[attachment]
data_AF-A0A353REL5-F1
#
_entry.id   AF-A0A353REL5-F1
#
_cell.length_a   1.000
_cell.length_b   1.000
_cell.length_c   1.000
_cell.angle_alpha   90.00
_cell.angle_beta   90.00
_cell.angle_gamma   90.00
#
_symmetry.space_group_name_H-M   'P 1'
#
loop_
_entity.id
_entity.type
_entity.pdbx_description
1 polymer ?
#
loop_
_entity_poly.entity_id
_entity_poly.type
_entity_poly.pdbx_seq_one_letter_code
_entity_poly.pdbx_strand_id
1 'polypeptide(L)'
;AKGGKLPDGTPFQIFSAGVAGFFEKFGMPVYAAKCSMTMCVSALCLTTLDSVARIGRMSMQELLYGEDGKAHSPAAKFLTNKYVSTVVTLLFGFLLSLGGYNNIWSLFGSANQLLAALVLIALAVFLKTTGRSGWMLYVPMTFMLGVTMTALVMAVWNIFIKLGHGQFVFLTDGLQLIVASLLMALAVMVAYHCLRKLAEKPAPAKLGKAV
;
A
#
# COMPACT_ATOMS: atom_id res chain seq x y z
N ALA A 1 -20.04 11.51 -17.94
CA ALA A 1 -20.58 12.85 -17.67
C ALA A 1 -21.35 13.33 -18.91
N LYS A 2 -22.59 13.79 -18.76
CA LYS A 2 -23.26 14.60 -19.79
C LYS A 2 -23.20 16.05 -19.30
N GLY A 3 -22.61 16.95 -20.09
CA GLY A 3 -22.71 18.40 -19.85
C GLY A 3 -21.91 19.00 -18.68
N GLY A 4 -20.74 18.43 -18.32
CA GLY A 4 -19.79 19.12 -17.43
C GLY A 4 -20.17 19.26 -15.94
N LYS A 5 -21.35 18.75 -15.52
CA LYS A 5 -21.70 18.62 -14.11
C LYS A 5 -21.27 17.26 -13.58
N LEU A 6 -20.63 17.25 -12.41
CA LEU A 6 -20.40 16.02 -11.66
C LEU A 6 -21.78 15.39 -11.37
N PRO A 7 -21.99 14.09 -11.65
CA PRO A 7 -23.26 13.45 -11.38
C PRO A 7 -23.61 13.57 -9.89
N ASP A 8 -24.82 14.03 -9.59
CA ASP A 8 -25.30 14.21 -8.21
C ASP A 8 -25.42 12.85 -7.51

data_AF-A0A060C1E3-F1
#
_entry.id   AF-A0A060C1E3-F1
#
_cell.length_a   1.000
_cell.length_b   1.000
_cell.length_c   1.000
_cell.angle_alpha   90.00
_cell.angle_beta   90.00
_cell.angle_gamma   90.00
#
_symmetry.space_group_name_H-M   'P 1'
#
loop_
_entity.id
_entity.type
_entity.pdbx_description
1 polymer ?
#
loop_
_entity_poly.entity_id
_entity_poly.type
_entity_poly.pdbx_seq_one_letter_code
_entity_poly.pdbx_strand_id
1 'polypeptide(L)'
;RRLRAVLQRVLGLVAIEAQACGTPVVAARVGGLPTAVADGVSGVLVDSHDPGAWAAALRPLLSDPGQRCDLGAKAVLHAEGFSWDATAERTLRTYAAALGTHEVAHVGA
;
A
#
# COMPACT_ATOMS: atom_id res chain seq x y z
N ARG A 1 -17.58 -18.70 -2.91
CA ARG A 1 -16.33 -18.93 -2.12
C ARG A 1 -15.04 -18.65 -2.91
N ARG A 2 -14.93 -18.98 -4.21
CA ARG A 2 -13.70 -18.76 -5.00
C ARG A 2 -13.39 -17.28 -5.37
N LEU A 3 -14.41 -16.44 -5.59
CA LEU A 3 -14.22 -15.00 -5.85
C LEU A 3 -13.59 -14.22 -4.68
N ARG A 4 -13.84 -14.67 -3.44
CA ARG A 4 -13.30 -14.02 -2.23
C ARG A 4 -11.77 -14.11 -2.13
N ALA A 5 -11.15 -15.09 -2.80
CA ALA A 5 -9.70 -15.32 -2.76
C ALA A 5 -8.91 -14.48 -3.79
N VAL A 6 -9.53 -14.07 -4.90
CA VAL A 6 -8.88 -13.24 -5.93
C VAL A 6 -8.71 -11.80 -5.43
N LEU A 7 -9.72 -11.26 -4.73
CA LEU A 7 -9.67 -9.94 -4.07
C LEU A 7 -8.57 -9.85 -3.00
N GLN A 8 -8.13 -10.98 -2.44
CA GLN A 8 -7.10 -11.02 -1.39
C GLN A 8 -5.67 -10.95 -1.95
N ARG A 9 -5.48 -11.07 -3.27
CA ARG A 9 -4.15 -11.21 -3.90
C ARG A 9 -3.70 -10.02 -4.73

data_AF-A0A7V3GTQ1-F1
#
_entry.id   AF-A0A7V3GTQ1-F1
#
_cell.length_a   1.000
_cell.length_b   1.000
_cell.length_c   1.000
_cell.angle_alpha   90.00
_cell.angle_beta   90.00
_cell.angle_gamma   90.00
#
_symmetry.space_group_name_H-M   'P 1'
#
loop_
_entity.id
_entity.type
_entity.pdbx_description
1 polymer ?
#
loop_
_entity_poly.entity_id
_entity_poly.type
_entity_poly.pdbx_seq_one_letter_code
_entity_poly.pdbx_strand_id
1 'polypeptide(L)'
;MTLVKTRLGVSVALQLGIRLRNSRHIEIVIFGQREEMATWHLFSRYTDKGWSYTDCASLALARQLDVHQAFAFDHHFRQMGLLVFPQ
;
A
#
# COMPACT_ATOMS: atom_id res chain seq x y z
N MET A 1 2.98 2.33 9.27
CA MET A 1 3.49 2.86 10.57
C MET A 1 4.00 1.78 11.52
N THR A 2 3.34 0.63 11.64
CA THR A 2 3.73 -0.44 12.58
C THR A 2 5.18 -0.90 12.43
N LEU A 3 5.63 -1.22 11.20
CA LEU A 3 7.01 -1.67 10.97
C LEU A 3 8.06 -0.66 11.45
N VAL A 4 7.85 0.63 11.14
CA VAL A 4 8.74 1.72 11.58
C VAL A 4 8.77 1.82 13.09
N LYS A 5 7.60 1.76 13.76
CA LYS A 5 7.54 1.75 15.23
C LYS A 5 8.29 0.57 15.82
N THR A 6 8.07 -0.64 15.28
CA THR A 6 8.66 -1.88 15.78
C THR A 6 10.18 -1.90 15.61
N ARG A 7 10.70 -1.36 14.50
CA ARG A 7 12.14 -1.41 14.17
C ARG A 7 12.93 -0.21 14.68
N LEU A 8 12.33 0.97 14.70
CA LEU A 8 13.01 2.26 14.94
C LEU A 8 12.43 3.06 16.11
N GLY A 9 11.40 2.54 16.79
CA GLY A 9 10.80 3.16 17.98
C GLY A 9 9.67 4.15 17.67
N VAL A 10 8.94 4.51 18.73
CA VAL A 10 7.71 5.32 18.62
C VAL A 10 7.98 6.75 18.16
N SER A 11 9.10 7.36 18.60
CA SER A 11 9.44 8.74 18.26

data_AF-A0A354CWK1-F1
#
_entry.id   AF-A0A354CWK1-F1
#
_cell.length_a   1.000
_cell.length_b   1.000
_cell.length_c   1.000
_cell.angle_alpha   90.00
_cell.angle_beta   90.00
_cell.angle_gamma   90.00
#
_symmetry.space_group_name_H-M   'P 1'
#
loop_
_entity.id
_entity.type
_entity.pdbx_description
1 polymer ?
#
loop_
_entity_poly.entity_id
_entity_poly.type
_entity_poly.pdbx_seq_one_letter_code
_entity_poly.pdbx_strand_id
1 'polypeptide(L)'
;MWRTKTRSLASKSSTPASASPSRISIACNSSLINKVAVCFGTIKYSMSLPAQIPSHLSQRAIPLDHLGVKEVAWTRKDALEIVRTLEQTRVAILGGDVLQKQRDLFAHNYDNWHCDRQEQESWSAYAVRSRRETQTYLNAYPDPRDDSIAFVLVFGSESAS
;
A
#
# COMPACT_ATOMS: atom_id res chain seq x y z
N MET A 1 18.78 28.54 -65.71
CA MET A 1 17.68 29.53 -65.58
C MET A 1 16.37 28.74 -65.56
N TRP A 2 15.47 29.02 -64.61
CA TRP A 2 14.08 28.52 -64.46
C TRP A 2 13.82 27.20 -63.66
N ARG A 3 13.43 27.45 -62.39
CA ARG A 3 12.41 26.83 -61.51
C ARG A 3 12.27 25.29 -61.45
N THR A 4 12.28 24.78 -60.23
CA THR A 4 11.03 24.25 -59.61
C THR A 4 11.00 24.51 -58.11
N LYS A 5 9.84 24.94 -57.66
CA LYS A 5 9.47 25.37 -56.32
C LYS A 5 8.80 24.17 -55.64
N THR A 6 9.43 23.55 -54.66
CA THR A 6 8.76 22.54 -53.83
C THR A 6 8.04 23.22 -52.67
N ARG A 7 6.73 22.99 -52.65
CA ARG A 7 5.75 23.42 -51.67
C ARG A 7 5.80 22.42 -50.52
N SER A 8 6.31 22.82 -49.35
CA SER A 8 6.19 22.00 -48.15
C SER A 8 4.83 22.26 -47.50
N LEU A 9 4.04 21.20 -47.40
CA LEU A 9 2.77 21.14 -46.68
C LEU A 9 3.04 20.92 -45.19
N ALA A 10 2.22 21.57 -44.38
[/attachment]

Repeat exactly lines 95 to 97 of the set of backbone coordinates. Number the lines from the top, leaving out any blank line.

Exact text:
CA ARG A 4 -13.30 -14.02 -2.23
C ARG A 4 -11.77 -14.11 -2.13
N ALA A 5 -11.15 -15.09 -2.80